Italian bank Unicredit plans to cut about 1,000 jobs at its German unit by the end of next year in a bid to slash costs at its ailing retail bank, two people familiar with the matter told Reuters on Wednesday.
The figure for job cuts has yet to be finalized and formal negotiations with labour representatives will start shortly, a third source said.
Unicredit, Italy’s biggest bank by assets, declined to comment.
It was unclear whether these cuts are part of a broader cost-cutting sweep already announced by the bank. Unicredit has said in the past it will shed 800 branches and more than 6,000 jobs as part of a group-wide streamlining program.
Like other European banks, Unicredit is grappling with low interest rates, rising costs from implementing tougher bank rules, and clients who have become risk averse during the euro zone crisis.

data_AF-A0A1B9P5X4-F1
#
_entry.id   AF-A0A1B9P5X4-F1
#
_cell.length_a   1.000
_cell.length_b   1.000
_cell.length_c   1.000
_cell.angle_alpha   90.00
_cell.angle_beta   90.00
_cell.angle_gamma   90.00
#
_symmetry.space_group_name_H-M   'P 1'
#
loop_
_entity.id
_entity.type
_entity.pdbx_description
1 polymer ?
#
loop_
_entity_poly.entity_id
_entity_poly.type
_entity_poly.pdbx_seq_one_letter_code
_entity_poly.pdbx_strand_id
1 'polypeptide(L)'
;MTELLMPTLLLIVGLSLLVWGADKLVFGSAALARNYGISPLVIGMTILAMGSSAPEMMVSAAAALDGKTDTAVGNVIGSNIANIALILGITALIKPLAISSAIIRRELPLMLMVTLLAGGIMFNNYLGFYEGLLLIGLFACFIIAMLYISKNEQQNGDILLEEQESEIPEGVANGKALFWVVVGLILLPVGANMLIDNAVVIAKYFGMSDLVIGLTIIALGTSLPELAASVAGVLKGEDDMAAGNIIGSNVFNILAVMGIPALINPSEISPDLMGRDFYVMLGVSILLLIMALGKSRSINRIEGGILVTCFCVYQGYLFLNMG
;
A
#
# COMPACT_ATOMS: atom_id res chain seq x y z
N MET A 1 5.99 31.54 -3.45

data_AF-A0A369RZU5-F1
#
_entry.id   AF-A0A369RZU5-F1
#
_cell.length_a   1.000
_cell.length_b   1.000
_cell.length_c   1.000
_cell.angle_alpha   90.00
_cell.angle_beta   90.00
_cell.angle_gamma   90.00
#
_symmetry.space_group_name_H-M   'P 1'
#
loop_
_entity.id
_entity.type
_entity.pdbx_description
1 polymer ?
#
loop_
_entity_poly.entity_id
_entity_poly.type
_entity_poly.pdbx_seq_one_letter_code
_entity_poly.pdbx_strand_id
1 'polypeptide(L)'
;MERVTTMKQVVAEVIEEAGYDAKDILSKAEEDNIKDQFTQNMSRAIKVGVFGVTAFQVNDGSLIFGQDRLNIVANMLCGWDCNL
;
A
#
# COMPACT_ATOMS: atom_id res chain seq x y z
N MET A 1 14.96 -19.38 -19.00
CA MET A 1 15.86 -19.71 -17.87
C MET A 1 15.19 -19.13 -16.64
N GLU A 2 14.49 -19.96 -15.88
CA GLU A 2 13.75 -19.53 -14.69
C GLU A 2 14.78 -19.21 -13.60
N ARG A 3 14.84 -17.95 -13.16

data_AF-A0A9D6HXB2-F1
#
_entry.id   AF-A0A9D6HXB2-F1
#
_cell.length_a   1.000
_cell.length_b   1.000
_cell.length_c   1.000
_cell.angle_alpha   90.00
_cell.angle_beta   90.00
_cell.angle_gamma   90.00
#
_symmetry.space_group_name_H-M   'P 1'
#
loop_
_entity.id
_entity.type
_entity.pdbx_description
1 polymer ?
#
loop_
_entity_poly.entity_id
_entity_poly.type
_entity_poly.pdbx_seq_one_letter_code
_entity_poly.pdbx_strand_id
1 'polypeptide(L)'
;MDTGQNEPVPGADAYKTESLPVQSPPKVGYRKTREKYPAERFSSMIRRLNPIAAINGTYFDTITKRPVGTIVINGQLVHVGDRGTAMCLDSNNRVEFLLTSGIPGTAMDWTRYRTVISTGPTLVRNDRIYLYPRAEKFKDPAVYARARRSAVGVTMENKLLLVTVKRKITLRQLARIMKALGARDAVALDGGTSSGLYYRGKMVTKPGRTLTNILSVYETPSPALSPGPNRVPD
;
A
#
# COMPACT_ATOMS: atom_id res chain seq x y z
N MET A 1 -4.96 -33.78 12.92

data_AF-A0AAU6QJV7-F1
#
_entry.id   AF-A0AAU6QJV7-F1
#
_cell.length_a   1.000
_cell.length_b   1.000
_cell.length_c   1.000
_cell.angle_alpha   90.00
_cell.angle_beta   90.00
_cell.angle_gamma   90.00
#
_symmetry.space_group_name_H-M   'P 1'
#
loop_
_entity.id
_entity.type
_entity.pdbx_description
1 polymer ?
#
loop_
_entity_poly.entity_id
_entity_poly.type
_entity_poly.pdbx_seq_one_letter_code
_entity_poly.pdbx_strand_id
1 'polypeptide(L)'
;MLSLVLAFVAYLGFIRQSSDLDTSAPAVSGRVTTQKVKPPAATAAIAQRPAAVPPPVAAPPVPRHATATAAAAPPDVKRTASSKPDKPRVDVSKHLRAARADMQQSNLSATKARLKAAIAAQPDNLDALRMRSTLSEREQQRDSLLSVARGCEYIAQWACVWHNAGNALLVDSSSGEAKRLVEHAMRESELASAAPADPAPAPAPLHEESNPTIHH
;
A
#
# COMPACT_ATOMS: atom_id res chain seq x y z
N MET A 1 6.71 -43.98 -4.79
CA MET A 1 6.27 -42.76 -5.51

Unicredit’s German unit, which employs roughly 19,000 staff, will close almost 50 branches and thin out staff at the remaining ones in response to changing customer habits.
Retail clients are increasingly switching to Internet banking services and are relying less on face-to-face services, the sources said.
Another 400 jobs will be shed as part of a change to the corporate structure which will split the bank’s German operations into two units – one for private clients and one for corporate customers.
This year, the bank will cut 600 jobs, all three sources said, confirming an earlier report in daily Frankfurter Allgemeine Zeitung.
Last year, workers at UniCredit and other Italian banks went on strike to protest against job losses and pay cuts.
Other German banks are also negotiating deeper cost cuts. Germany’s second biggest lender Commerzbank is set to announce job cutback plans this week, and media reports have said that about 6,500 jobs could go.
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